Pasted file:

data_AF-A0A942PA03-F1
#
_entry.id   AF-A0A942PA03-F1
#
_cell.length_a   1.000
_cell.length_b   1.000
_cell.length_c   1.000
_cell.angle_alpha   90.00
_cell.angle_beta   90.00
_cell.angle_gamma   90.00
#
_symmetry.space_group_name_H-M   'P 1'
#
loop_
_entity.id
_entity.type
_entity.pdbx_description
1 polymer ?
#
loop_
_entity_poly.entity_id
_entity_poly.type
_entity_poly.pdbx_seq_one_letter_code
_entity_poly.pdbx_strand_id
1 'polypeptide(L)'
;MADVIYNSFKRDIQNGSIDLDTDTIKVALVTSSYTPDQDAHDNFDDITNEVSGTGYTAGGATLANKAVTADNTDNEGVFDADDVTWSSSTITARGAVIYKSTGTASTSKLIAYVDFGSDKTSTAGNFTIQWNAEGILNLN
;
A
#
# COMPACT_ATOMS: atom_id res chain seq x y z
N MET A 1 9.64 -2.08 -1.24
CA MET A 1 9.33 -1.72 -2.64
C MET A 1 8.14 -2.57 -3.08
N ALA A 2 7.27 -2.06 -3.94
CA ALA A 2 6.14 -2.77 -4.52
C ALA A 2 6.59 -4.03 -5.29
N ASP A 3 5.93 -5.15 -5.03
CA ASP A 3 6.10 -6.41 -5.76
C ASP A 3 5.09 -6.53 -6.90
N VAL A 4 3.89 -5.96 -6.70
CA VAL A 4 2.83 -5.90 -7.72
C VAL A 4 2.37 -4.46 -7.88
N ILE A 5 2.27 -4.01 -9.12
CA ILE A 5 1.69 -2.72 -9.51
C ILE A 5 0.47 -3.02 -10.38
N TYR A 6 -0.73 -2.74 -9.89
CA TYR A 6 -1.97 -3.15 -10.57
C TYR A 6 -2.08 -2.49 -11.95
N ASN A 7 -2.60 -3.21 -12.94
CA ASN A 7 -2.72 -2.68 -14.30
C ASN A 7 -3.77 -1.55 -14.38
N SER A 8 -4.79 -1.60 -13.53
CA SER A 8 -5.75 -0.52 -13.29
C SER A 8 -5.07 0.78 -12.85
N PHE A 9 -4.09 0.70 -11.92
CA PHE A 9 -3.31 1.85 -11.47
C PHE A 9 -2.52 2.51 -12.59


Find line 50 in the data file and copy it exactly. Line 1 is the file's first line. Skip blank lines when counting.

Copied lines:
CA ASN A 7 -2.72 -2.68 -14.30